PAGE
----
1962 - Telstar 1

Communications satellite Telstar 1 was launched by a NASA Delta rocket on July 10, transmitting the first live transatlantic telecast as well as telephone and data signals. At a cost of $6 million provided by AT&T, Bell Telephone Laboratories designed and built Telstar, a faceted sphere 34 inches in diameter and weighing 171 pounds. The first international television broadcasts showed images of the American flag flying over Andover, Maine to the sound of "The Star-Spangled Banner."

Later that day AT&T chairman Fred Kappel made the first long-distance telephone call via satellite to Vice President Lyndon Johnson. Telstar I remained in orbit for seven months, relaying live baseball games, images from the Seattle World's Fair, and a presidential news conference.

1963 - Touch-Tone Telephone was Introduced

The touch-tone telephone was introduced, with the first commercial service available in Carnegie and Greensburg, Pennsylvania, for an extra charge. The Western Electric 1500 model featured 10 push buttons that replaced the standard rotary dial. A 12-button model featuring the * and # keys came out soon afterward and replaced the 10-button model.

1965 - First Electronic Central Office Switching System

The first electronic central office switching system, the 1 ESS, was installed in Succasunna, New Jersey, after years of research and planning and at a cost of $500 million. Switching systems switched telephone traffic through local central offices that also house transmission equipment and other support systems.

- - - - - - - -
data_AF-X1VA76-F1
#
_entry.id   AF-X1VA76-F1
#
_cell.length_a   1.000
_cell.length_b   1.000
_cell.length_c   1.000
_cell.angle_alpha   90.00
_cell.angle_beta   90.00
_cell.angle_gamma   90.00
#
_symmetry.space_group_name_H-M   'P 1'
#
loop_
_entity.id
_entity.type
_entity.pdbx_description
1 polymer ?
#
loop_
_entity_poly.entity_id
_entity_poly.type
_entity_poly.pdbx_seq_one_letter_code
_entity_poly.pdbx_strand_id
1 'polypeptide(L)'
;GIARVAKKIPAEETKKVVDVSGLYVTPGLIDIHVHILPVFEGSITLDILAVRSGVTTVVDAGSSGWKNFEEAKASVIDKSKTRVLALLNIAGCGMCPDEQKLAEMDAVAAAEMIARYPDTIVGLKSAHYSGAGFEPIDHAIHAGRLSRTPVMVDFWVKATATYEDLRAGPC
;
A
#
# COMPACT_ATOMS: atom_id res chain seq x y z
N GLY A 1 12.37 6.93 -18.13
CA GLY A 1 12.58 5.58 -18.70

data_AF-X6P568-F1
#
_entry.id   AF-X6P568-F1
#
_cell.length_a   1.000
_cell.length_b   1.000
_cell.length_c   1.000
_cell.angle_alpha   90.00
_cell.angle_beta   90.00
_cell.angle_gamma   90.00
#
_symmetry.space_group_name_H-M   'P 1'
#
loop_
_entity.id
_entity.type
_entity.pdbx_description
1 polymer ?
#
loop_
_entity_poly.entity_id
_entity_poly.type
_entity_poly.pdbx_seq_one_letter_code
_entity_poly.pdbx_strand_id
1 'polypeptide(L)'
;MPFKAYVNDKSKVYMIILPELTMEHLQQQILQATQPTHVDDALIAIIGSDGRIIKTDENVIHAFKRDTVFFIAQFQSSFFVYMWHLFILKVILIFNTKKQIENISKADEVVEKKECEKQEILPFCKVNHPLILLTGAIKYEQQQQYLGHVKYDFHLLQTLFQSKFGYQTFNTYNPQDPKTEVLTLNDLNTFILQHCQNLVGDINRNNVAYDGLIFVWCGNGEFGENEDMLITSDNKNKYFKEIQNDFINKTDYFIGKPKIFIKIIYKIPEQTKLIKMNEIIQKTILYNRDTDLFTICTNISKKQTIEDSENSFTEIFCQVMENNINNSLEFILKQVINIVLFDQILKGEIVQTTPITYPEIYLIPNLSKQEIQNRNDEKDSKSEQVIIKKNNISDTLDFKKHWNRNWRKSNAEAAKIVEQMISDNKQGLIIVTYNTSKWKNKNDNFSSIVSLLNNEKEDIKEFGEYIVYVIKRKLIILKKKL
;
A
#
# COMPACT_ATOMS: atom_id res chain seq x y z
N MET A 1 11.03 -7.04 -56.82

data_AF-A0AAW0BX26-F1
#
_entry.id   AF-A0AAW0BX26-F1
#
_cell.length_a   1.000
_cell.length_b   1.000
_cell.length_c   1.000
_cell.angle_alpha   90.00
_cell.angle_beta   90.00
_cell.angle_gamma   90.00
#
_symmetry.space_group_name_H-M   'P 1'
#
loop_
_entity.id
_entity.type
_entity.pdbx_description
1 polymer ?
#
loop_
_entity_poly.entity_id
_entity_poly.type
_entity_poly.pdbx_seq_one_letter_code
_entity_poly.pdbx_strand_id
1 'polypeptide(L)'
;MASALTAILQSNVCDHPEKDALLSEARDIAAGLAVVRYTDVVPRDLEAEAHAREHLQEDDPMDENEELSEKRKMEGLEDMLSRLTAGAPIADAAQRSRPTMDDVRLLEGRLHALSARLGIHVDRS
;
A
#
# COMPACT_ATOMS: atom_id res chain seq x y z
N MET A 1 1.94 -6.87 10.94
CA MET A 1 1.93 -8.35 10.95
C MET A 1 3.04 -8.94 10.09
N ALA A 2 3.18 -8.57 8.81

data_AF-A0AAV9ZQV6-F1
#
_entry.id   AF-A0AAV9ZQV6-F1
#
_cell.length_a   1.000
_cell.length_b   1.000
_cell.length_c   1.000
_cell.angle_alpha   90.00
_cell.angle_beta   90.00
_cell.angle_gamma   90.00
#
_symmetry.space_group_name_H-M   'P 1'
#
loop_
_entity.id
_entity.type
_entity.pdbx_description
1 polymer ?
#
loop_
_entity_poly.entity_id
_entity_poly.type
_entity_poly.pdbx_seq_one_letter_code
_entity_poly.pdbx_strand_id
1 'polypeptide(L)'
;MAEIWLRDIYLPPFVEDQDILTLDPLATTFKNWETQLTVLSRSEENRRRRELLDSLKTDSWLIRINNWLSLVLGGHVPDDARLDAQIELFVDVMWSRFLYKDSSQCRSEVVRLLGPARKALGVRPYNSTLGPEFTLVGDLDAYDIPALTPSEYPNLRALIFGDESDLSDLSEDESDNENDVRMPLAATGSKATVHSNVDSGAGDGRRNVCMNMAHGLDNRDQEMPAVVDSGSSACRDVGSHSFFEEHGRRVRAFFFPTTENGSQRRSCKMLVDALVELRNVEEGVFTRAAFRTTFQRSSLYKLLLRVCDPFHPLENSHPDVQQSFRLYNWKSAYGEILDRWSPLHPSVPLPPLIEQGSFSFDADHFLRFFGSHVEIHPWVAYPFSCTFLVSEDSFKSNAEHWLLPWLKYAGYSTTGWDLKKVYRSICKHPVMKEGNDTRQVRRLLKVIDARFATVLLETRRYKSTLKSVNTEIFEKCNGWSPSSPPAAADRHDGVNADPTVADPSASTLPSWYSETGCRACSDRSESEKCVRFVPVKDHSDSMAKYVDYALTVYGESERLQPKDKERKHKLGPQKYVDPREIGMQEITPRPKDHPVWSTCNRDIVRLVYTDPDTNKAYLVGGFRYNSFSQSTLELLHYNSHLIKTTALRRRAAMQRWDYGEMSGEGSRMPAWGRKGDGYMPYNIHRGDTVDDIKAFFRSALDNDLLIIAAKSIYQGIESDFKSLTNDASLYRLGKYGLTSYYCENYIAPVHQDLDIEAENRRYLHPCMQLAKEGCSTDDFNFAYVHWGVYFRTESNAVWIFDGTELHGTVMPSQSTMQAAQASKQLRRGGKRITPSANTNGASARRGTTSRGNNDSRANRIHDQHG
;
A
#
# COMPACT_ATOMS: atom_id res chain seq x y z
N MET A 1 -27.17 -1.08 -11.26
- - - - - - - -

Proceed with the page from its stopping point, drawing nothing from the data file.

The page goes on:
The 1 ESS had the capacity to store programs and allowed such features as call forwarding and speed dialing. The 4 ESS, developed by Western Electric in 1976, was the first digital switch and remained the workhorse system for several decades before increases in the transmission of data, as well as voice signals, spur new advances.

1968 - First 911 Call is Made

On February 16 the first 911 call was made in Haleyville, Alabama. Legislation called for a single nationwide phone number for citizens to use to report fires and medical emergencies was passed by Congress in 1967, and in January 1968 AT&T announced plans to put a system like this into place.

However, an independent company, Alabama Telephone, scrambled to build its own system and succeeded in beating AT&T to the punch. The numbers 911 were chosen because they were easy to remember and did not include any of the three digits already in use in a U.S. or Canadian area code. In Britain the national emergency number 999 had been in place since the late 1930s.

1973 - First Portable Cell Phone Call Made

The first portable cell phone call was made by Martin Cooper of Motorola to his research rival at Bell Labs, Joel Engel. Although mobile phones had been used in cars since the mid-1940s, Cooper’s was the first one invented for completely portable use. Cooper and his team were awarded a patent in 1975.